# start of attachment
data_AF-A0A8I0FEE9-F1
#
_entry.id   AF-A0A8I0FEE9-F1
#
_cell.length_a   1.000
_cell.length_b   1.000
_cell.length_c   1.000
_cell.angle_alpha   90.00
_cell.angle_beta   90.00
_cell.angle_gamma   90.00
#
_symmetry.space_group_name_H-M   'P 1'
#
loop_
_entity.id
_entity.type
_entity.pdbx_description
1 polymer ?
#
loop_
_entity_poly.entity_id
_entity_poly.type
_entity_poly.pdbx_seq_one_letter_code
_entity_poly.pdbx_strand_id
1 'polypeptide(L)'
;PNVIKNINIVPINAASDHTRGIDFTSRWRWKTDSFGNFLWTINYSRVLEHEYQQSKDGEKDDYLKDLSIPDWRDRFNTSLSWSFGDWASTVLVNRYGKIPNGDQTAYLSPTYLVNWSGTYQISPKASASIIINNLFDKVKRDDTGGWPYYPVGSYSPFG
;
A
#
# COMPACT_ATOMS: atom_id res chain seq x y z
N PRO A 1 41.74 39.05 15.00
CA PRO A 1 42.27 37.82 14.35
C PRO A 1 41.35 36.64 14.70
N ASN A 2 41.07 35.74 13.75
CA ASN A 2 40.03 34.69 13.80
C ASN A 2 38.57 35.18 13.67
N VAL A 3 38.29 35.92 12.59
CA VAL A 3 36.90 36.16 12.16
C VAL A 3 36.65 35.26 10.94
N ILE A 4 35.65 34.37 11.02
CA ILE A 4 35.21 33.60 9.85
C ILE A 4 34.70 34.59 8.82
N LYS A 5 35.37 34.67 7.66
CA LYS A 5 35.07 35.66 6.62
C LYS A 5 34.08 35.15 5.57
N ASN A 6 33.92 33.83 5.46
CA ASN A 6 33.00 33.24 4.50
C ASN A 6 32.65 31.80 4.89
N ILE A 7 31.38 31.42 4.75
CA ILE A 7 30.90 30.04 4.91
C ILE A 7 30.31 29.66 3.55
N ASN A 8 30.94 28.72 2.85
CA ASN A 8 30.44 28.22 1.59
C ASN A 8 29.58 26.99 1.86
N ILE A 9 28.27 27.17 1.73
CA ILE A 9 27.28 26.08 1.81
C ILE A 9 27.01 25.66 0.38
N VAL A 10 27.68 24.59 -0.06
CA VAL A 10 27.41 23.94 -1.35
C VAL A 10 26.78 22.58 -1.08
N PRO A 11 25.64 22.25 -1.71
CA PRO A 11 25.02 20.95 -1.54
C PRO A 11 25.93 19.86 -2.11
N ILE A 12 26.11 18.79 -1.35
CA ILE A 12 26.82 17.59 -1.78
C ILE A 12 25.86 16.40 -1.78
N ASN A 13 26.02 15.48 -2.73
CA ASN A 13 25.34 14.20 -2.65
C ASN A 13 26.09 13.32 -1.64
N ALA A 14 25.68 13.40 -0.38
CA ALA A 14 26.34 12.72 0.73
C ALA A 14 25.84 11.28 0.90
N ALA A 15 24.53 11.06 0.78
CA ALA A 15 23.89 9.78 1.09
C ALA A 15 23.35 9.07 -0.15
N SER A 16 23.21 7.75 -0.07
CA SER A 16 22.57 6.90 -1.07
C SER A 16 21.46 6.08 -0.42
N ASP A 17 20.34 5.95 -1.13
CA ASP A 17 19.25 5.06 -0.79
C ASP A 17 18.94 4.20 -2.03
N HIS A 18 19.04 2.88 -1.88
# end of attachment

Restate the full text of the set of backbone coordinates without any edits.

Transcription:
data_AF-A0A8I0FEE9-F1
#
_entry.id   AF-A0A8I0FEE9-F1
#
_cell.length_a   1.000
_cell.length_b   1.000
_cell.length_c   1.000
_cell.angle_alpha   90.00
_cell.angle_beta   90.00
_cell.angle_gamma   90.00
#
_symmetry.space_group_name_H-M   'P 1'
#
loop_
_entity.id
_entity.type
_entity.pdbx_description
1 polymer ?
#
loop_
_entity_poly.entity_id
_entity_poly.type
_entity_poly.pdbx_seq_one_letter_code
_entity_poly.pdbx_strand_id
1 'polypeptide(L)'
;PNVIKNINIVPINAASDHTRGIDFTSRWRWKTDSFGNFLWTINYSRVLEHEYQQSKDGEKDDYLKDLSIPDWRDRFNTSLSWSFGDWASTVLVNRYGKIPNGDQTAYLSPTYLVNWSGTYQISPKASASIIINNLFDKVKRDDTGGWPYYPVGSYSPFG
;
A
#
# COMPACT_ATOMS: atom_id res chain seq x y z
N PRO A 1 41.74 39.05 15.00
CA PRO A 1 42.27 37.82 14.35
C PRO A 1 41.35 36.64 14.70
N ASN A 2 41.07 35.74 13.75
CA ASN A 2 40.03 34.69 13.80
C ASN A 2 38.57 35.18 13.67
N VAL A 3 38.29 35.92 12.59
CA VAL A 3 36.90 36.16 12.16
C VAL A 3 36.65 35.26 10.94
N ILE A 4 35.65 34.37 11.02
CA ILE A 4 35.21 33.60 9.85
C ILE A 4 34.70 34.59 8.82
N LYS A 5 35.37 34.67 7.66
CA LYS A 5 35.07 35.66 6.62
C LYS A 5 34.08 35.15 5.57
N ASN A 6 33.92 33.83 5.46
CA ASN A 6 33.00 33.24 4.50
C ASN A 6 32.65 31.80 4.89
N ILE A 7 31.38 31.42 4.75
CA ILE A 7 30.90 30.04 4.91
C ILE A 7 30.31 29.66 3.55
N ASN A 8 30.94 28.72 2.85
CA ASN A 8 30.44 28.22 1.59
C ASN A 8 29.58 26.99 1.86
N ILE A 9 28.27 27.17 1.73
CA ILE A 9 27.28 26.08 1.81
C ILE A 9 27.01 25.66 0.38
N VAL A 10 27.68 24.59 -0.06
CA VAL A 10 27.41 23.94 -1.35
C VAL A 10 26.78 22.58 -1.08
N PRO A 11 25.64 22.25 -1.71
CA PRO A 11 25.02 20.95 -1.54
C PRO A 11 25.93 19.86 -2.11
N ILE A 12 26.11 18.79 -1.35
CA ILE A 12 26.82 17.59 -1.78
C ILE A 12 25.86 16.40 -1.78
N ASN A 13 26.02 15.48 -2.73
CA ASN A 13 25.34 14.20 -2.65
C ASN A 13 26.09 13.32 -1.64
N ALA A 14 25.68 13.40 -0.38
CA ALA A 14 26.34 12.72 0.73
C ALA A 14 25.84 11.28 0.90
N ALA A 15 24.53 11.06 0.78
CA ALA A 15 23.89 9.78 1.09
C ALA A 15 23.35 9.07 -0.15
N SER A 16 23.21 7.75 -0.07
CA SER A 16 22.57 6.90 -1.07
C SER A 16 21.46 6.08 -0.42
N ASP A 17 20.34 5.95 -1.13
CA ASP A 17 19.25 5.06 -0.79
C ASP A 17 18.94 4.20 -2.03
N HIS A 18 19.04 2.88 -1.88